The M3 Lee is an interesting - if not terribly exciting - early way American tank. It was the predecessor to the legendary M4 Sherman and the US Army's first serious contender - if not quite a match - for contemporary German tanks. The M3 was the tank in which the US Army learned about 'modern' armoured warfare and - perhaps more importantly - first introduced a 75mm gun to the Allies armoury. As a lend-lease tank, the M3 added some much-needed firepower to the British in North Africa.
|The Americans early war contribution - in North Africa and the Pacific - is often|
overlooked somewhat. This was a real trial by fire for them and they had a lot of
catching up to do, with their already out-moded M3 they learned the hard way.
Picture: Crew of M3 tank at Souk el Arba, Tunisia, November 23, 1942. Wikipedia.
The Zvezda Kit
Despite being a diddy little kit Zvezda's Lee is a little complicated with quite a lot of parts compared to other tanks in its 1/100 range. This has as much to do with their insistence that their kits be 'snap together' as it is to do with the M3's unusual design.
Other companies - like PSC and Battlefront, for example - minimise the number of component parts their models require because they rely on the use of glue to stick the parts together. And even Zvezda, themselves, manage to come up with very part-efficient 1/100 models when the original tank design is conducive to low numbers of parts (their KV-1 kit has only 6 parts).
Anyway, the M3 is a complex design, what with its dual turrets featuring a Barbette-style hull-mounted 75mm gun....
The above picture illustrates the point. This is just the upper hull assembly, holding the 75mm gun and when finished it will consist of no less than 8 parts! The lower hull was just as convoluted...
It was all a bit too complex for my liking, though I understand that to make it 'snap together' these extra parts were required.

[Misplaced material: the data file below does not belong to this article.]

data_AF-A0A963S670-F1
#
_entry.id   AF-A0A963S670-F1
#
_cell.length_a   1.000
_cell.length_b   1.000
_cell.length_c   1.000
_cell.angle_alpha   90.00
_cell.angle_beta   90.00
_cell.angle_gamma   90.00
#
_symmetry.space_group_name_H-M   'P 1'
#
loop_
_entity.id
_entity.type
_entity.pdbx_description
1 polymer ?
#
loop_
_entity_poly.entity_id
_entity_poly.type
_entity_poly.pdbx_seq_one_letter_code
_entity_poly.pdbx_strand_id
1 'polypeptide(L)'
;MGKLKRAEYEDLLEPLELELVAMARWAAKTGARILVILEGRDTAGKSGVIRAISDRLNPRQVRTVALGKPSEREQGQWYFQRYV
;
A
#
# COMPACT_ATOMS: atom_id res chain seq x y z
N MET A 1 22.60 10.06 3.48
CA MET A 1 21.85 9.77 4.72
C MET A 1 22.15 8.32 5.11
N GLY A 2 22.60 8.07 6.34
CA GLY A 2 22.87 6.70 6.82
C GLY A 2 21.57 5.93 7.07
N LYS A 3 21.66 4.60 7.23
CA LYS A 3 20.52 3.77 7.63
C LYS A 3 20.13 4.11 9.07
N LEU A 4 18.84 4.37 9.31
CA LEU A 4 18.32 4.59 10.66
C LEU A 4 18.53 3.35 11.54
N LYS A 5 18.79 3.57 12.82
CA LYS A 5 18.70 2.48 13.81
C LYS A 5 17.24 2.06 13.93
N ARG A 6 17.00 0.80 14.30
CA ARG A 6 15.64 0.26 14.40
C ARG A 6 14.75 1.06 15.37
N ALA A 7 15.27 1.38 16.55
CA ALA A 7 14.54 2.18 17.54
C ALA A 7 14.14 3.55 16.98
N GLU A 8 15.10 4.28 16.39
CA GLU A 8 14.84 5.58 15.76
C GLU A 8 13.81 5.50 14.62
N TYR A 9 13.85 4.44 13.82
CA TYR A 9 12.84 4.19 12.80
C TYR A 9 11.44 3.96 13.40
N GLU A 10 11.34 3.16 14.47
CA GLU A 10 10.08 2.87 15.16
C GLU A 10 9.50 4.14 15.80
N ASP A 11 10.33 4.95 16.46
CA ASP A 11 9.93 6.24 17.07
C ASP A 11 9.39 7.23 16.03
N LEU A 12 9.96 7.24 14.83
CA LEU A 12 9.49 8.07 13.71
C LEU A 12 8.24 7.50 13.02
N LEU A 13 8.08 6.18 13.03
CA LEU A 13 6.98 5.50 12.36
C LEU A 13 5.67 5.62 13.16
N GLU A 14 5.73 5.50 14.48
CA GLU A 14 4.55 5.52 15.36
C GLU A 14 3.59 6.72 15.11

Anyway, much fiddling about later...
Not a bad looking little model.
Thoughts about Construction & Quality
The construction was a faff and needed a bit of pressure in places to ensure parts fitted together nicely. I had to hold some parts together until the glue set so that the seams didn't have any gaps.
But, overall I was happy with the quality. As usual with Zvezda, the moulding was crisp and there was a reasonable amount of surface detail, though - of course - the level of detail was simplified as this is a wargaming model.
The one noticeable issue is that I feel is worth mentioning is the fragility of the secondary gun barrels. The 37mm - top turret - is very thin and wouldn't take much of a knock to break it (in fact, you have to be careful cutting it off the sprue). Zvezda seem to scale their tank guns accurately, while other 1/100 wargame model manufacturers tend to 'over-scale' their guns to make them a bit more durable.
As usual, the tracks are simplified without much of a detailed tread pattern (the M3 tracks of the time were the pretty simple steel links with rectangular rubber track pads - the same ones used by the early Shermans).
Overall, I'm quite happy with the model - delicate parts aside - it captures nicely this early US tank and allows you to play early war Pacific, Far East and North African scenario and also Lees were supplied to the Soviets lend-lease, though they had a far from favourable view of this antiquated design.
Next: Priming and Painting